Society's Obsession With Depression

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Depression has become so encrypted into our daily life. It would not be rash to suggest that almost every single person has had experience of depression whether that be personal, or illness of a loved one. Goleman (1992) makes an interesting observation that people born after 1945 are ten times more likely to suffer with depression than people born before this date. What does this mean? Well, firstly it shows that the root cause of most depression cannot be due to increasing chemical imbalances. Human genetics simply do not change that quickly. So therefore we have to ask: Why is Britain so depressed? Has life become more stressful, or are we just more likely to recognise symptoms and make a trip to the doctor’s office? Leading on from this: …show more content…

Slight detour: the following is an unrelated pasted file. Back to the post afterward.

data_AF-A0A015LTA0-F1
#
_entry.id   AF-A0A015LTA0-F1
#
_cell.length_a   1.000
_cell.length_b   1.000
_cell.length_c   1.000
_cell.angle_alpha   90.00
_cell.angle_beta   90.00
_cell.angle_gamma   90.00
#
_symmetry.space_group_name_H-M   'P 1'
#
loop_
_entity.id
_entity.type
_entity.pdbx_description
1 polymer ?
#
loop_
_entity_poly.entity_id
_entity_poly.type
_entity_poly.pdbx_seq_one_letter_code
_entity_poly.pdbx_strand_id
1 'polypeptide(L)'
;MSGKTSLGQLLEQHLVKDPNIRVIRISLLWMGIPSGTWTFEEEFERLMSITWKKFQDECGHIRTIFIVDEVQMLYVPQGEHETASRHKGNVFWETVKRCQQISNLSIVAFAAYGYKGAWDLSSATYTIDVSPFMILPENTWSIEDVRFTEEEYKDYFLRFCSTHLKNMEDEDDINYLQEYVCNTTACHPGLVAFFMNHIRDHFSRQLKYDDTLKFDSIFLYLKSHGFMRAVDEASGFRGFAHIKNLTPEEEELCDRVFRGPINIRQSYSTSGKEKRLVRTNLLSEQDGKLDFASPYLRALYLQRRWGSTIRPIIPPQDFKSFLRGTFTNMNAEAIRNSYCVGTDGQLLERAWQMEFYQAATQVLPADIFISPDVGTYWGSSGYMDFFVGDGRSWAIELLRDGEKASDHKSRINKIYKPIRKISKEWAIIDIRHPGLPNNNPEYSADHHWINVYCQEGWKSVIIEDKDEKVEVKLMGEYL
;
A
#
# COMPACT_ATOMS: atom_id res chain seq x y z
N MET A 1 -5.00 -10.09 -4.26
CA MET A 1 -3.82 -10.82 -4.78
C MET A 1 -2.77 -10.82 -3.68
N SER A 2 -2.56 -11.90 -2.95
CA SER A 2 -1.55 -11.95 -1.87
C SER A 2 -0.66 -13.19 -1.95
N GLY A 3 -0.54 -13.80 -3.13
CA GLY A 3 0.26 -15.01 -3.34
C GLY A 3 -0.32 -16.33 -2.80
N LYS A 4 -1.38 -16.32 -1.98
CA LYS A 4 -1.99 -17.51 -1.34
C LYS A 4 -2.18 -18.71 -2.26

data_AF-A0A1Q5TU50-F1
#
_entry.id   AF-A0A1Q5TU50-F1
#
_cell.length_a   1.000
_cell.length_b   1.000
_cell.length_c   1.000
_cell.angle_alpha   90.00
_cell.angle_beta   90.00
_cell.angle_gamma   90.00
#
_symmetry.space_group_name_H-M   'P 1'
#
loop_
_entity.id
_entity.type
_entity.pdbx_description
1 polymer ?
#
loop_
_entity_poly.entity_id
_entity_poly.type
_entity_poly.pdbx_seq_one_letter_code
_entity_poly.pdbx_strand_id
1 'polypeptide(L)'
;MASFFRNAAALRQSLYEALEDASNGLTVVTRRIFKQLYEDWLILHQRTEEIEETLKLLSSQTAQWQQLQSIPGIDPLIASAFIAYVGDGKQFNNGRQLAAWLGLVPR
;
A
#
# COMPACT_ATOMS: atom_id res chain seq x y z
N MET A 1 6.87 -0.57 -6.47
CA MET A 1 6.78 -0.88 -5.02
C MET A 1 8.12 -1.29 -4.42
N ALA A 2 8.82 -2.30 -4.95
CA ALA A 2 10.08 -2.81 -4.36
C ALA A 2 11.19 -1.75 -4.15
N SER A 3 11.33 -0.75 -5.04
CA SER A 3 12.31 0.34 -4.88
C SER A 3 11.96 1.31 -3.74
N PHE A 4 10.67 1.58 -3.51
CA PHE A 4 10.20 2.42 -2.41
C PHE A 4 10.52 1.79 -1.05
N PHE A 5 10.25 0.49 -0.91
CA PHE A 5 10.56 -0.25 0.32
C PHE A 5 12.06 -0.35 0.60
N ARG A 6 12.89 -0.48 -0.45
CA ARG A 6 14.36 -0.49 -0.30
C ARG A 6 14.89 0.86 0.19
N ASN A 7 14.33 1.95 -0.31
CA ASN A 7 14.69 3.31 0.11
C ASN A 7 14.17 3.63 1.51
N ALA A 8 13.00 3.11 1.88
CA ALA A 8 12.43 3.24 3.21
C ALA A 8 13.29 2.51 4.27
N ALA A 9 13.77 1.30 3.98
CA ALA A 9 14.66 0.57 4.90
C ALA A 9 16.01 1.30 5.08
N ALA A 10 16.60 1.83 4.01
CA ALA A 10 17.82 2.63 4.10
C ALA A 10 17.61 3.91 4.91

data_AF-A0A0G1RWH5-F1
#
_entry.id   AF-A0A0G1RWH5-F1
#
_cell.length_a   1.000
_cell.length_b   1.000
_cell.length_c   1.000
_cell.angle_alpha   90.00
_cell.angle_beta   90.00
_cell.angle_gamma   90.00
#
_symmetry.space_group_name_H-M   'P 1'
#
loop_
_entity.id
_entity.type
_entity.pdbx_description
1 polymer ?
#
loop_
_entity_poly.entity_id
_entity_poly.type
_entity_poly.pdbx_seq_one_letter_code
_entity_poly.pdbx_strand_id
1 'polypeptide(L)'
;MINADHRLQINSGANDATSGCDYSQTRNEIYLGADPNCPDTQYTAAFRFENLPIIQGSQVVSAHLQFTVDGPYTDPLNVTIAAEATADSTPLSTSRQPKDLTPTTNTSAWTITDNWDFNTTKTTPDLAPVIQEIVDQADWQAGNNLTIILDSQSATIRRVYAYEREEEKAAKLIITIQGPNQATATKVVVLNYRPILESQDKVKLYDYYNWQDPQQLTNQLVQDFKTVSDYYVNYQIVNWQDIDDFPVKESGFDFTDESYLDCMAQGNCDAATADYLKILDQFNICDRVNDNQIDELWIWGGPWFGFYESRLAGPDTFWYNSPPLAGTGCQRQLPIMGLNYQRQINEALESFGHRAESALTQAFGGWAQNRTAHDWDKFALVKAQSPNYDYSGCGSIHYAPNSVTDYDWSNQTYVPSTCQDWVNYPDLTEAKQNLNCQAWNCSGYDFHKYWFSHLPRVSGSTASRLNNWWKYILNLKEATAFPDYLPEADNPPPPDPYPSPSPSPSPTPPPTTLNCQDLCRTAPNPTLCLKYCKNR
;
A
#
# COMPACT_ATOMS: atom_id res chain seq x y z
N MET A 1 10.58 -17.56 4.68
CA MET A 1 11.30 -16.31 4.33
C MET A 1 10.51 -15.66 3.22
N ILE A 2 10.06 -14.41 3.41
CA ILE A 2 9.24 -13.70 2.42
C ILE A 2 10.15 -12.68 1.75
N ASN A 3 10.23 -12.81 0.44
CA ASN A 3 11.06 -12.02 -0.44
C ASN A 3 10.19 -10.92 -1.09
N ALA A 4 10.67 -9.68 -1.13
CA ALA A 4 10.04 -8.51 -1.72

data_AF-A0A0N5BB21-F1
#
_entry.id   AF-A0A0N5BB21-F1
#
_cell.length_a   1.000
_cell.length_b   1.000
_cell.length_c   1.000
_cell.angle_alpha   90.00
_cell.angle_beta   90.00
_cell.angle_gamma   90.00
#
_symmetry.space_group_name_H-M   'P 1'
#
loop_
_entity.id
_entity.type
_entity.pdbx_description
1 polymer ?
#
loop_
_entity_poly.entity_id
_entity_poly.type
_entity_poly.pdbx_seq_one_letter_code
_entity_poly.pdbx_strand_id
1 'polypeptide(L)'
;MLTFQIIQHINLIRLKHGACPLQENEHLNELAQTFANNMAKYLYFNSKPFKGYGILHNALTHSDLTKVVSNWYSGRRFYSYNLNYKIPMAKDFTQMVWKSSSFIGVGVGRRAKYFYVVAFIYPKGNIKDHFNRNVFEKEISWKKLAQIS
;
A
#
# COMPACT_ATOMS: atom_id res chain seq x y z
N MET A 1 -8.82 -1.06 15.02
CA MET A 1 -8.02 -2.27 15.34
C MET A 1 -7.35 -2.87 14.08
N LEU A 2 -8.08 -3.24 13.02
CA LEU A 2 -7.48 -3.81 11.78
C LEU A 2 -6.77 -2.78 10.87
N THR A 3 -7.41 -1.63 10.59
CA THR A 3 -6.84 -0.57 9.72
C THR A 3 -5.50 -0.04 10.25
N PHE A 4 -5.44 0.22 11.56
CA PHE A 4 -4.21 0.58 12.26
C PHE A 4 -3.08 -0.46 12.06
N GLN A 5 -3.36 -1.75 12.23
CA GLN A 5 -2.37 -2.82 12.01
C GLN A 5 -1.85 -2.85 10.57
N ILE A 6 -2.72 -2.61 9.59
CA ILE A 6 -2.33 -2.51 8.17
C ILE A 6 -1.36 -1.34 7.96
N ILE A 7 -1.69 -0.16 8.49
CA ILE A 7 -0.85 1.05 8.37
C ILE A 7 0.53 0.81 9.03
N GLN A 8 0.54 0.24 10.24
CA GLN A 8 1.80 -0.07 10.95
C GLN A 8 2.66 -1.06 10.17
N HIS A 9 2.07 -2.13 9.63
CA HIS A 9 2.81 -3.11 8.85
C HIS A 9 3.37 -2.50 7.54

Now, this is not to in anyway minimise or discredit the suffering of anybody tackling depression. However, we are constantly told as a society that we should be happy, and that if we are not happy something is wrong. Life is hard and it is normal to feel ‘depressed’ at times. As a society we are too quick to run to our GP demanding answers as to why our lives aren’t the happy, stress free existences that we expect to live. Sadness and depression are not the same thing. The United Kingdom’s obsession with depression may lead to normal human emotions being treated as an illness. In the British Medical Journal, Dr Dowrick, the Professor of Primary Medical Care at Liverpool University claims that up to half of the five million people in the United Kingdom who have been labelled as depressed have been misdiagnosed. Parker (2007) carried out a study of 242 teachers and it was found that seventy nine percent met criteria for either minor or major depression. This suggests that the threshold for diagnosing clinical depression is too low. Is it possible that normal human sadness, stress and distress is being medicalised? The Diagnostic and Statistical Manual of Mental Disorders suggests that depression should be diagnosed when there is a recurrent low mood for over two weeks. This is the case irrespective of circumstance and therefore, even in cases of extreme grief, if depression-like symptoms are still evident after two weeks you are at risk of a label of ill mental health. However, certain situations merit a ‘depressive-like’ reaction. We are not robots. Death of a loved one, breakdown of a relationship or a huge change in personal life are all situations in which it is okay to be sad. Is the over medicalisation and over diagnosis of our natural human emotion doing more harm than

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